Summer Undergraduate Research Mentored Experience

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Dr. Chuan Xiao

Department of Chemistry

Unravel the assembly of the giant marine virus CroV

Preferred major field of study or minimum required skills

  • Major in biology, biochemistry, or chemistry will be preferred.
  • Previous lab experience is highly favorable.
  • Good working ethics, team work spirit and good English communication skill are required.

Scholarly significance/intellectual merit

Microorganisms produce 90% of the marine biomass and about half of the earth’s oxygen. Every day, viruses kill approximately 20% of the ocean’s biomass. This viral carnage not only controls the nutrient cycles of the oceans,but it also helps to sustain marine biodiversity. Despite their importance in marine microecology,the majority of marine viruses have not been studied. The project studies the the assembly of an important giant marine virus,Cafeteria roenbergensis virus(CroV). By killing a major predators of marine microorganisms,CroV has a significant impact on the oceans’ ecosystem and biodiversity and thus the overall health of the ocean. The studies of CroV will facilitate future investigations of other marine viruses that impact marine micro-ecology. With virion sizes and structural complexity approaching the level of small cells, giant viruses like CroV pose a challenge but also an opportunity to current structural biology. Understanding the self-assembly of CroV-sized supramolecules will facilitate the bioengineering of large delivery vesicles with wide applications.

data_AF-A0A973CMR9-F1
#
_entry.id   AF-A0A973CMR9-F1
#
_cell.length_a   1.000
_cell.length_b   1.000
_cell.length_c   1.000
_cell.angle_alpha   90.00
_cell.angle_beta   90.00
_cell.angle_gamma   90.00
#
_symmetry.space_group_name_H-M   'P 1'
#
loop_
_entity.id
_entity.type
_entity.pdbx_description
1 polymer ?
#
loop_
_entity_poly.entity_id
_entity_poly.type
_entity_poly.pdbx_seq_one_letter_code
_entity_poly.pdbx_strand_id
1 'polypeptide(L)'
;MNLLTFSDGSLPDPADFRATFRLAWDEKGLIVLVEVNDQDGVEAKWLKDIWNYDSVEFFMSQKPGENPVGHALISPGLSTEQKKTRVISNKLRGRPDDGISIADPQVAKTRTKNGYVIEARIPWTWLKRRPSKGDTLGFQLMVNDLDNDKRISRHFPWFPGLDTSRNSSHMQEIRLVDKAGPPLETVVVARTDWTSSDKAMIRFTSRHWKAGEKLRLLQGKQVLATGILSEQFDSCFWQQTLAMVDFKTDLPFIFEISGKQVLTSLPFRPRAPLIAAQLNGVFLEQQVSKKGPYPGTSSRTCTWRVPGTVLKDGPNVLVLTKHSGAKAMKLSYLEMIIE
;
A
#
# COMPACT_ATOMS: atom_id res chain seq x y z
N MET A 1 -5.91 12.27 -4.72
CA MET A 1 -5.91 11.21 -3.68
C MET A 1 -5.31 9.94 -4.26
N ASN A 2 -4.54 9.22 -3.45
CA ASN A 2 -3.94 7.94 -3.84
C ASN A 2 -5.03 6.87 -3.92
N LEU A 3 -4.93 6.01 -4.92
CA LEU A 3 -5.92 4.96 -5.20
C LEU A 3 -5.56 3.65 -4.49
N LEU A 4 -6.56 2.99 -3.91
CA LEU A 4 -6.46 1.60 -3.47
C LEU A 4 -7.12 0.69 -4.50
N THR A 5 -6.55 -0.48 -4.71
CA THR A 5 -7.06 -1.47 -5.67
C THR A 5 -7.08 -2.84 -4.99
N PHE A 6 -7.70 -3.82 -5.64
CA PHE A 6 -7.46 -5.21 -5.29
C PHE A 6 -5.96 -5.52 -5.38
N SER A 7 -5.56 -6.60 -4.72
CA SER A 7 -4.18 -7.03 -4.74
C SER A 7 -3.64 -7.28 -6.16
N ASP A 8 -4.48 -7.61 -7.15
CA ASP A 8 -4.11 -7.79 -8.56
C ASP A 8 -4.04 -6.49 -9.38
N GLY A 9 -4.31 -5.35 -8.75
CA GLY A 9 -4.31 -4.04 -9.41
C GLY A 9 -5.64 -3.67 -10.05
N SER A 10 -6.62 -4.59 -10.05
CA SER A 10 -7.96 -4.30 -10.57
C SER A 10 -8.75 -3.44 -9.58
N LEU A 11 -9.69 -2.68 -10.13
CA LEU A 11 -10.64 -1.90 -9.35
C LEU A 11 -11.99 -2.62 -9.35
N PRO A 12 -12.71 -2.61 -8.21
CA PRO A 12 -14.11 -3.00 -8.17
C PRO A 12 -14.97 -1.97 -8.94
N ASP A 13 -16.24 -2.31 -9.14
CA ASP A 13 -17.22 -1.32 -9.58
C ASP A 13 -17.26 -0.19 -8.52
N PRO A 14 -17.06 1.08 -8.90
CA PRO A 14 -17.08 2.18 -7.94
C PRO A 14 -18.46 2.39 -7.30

Research question(s)

Structural analysis of CroV and its structural proteins in Dr. Xiao’s research will address the following questions:

  1. What is the overall structure of CroV look like?
  2. What is the individual structural proteins (building blocks) of CroV virion look like?
  3. How do individual structural proteins (building block) interact each other to assemble into the giant virus?

Methods/techniques/instruments to be learned/utilized

The student will engage in hands-on activities to obtain CroV, express CroV capsid proteins. The student will learn molecular biological skills such as protein electrophoresis, protein expression, protein chromatography as well as cell culture and virus purification. The student will obtain knowledge about state-of-the-art technology such as X-ray crystallography and cryo-electron microscopy (Cryo-EM, 2017 Nobel Prize in Chemistry).

Program Coordinator

Joseph Ramos - SURME Program Coordinator

Joseph "Joe" Ramos

Campus Office of Undergraduate Research Initiatives

(915) 747-6210